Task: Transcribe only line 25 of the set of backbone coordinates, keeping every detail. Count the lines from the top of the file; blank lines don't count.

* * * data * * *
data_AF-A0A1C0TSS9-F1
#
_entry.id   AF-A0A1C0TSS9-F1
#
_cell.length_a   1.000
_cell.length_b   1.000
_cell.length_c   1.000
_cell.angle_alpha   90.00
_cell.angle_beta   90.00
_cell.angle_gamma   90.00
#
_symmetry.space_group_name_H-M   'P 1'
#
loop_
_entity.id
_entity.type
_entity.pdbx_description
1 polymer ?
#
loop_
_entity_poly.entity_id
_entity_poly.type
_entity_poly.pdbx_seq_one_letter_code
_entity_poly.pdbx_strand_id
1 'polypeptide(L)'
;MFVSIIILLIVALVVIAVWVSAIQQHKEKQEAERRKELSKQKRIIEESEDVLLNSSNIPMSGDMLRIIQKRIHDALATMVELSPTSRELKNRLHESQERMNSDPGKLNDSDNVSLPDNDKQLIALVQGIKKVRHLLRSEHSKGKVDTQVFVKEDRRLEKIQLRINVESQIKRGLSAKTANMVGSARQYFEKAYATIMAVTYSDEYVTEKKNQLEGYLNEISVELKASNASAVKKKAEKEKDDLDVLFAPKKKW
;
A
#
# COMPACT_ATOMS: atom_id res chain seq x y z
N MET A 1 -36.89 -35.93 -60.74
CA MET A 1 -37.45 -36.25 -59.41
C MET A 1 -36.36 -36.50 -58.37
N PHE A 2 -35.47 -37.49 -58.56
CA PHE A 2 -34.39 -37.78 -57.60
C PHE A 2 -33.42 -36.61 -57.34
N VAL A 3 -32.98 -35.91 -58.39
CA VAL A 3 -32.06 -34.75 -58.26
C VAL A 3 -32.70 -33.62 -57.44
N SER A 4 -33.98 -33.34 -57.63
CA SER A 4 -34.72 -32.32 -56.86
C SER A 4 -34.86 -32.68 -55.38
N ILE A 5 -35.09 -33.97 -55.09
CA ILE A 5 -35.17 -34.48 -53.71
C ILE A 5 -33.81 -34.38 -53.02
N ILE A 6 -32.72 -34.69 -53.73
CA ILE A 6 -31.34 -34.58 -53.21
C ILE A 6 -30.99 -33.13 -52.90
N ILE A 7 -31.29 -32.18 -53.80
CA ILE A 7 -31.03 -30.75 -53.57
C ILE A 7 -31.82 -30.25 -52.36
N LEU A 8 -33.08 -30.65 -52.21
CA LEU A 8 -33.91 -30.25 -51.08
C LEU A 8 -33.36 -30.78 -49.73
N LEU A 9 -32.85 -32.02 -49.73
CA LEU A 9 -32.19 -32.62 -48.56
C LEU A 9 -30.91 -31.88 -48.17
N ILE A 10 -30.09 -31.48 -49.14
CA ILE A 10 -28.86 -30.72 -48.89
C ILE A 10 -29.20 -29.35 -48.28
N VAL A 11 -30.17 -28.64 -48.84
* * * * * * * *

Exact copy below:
1 'polypeptide(L)'